As Adam Zagajewski advised in a poem I posted here.
. . . Only in the beauty created
by others is there consolation,
in the music of others and in others’ poems.
Only others save us . . .
“The instinct to pursue and perceive beauty in ourselves and other people (as well as in the world around us) is as natural, ancient, and positive an instinct as the earth itself. It helps us to empathise and connect with the outside world, and to promote justice and truth in freedom and love. Beauty, when understood in the limited and damaging sense that our culture currently understands it, is a dangerous and terrible thing that traps men and women into cycles of despair, eating disorders, and self abuse. It is a very good and noble thing to reject this and to try to change it, but I, for one, am not willing to throw the baby out with the bathwater in the fight against misconceptions and misrepresentations of beauty in the media by turning against beauty altogether. I believe that beauty is worth the fight. After all, beauty, when understood in its right and fullest sense, just might help to save the world.”
Sophie’s thoughts about brutalizing architecture earlier in the post really struck a chord with me. I did not grow up in the beautiful environs of Oxford. I grew up around the brutalized architecture of postwar Warsaw, which could easily out-brutalize the most brutalized neighborhoods of Manchester. To me Warsaw is the architectural equivalent of a botched abortion. I like to think of myself as not-so-secretly Krakovian.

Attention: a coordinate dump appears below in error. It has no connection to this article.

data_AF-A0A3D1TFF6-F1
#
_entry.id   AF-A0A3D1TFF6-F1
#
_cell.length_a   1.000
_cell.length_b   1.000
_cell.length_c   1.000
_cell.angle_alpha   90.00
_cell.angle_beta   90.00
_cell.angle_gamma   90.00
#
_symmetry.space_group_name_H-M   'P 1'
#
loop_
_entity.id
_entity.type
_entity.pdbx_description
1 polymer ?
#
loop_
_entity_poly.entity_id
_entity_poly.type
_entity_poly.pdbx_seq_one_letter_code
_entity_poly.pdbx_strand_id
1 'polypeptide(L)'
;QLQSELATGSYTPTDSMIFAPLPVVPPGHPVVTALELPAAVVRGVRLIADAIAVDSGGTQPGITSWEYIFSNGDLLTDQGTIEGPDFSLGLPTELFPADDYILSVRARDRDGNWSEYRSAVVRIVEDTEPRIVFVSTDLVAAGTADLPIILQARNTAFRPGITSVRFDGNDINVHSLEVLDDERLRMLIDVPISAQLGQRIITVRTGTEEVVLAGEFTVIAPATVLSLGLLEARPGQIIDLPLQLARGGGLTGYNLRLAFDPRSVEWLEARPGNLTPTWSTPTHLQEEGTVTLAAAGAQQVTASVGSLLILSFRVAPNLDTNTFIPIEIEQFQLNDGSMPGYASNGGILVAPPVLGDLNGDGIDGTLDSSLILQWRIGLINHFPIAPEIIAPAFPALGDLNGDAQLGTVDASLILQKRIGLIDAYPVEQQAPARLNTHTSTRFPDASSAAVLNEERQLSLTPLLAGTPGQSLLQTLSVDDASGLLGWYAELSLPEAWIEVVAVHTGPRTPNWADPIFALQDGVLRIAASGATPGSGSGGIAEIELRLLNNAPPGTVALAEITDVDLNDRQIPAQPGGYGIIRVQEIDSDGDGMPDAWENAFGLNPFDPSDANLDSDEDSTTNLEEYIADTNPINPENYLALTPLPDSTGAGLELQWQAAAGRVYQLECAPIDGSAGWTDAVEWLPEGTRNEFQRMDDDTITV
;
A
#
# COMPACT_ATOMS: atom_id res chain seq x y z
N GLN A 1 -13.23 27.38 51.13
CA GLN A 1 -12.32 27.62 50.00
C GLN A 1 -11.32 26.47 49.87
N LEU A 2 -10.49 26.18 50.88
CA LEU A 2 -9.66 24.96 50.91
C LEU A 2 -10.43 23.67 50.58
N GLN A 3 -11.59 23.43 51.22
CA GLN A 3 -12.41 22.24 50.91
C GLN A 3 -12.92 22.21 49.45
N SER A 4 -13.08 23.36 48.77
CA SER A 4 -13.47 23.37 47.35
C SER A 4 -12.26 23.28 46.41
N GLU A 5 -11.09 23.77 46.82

“One of the things Pasolini that is palpable in Mama Roma is the desolation that results from the lack of beauty, the deleterious effect it has on us, assaulting our humanity. This brings me back to beauty and our need for it. The late John O’Donohue, in his book, Beauty: The Invisible Embrace, observed, ‘We feel most alive in the presence of the Beautiful for it meets the need of our soul.’ He goes on to note that, culturally, we live an age of the ugly. This last observation caused him to turn to Hans Urs Von Balthasar, specifically to Von Balthasar’s theological aesthetic [the following passage is from the first volume of The Glory of the Lord]:
Beauty is the disinterested one, without which the ancient world refused to understand itself, a word which both imperceptibly and yet unmistakably has bid farewell to our new world, a world of interests, leaving it to its own avarice and sadness. No longer loved or fostered by religion, beauty is lifted from its face as a mask, and its absence exposes features on that face which threaten to become incomprehensible to man… Our situation today shows that beauty demands for itself at least as much courage as do truth and goodness, and she will not allow herself to be separated and banned from her two sisters without taking them along with herself in an act of mysterious vengeance.”
Finally, a reminder from Adam Zagajewski:
Clear moments are so short.
There is so much more darkness. More
ocean than terra firma. More
shadow than form.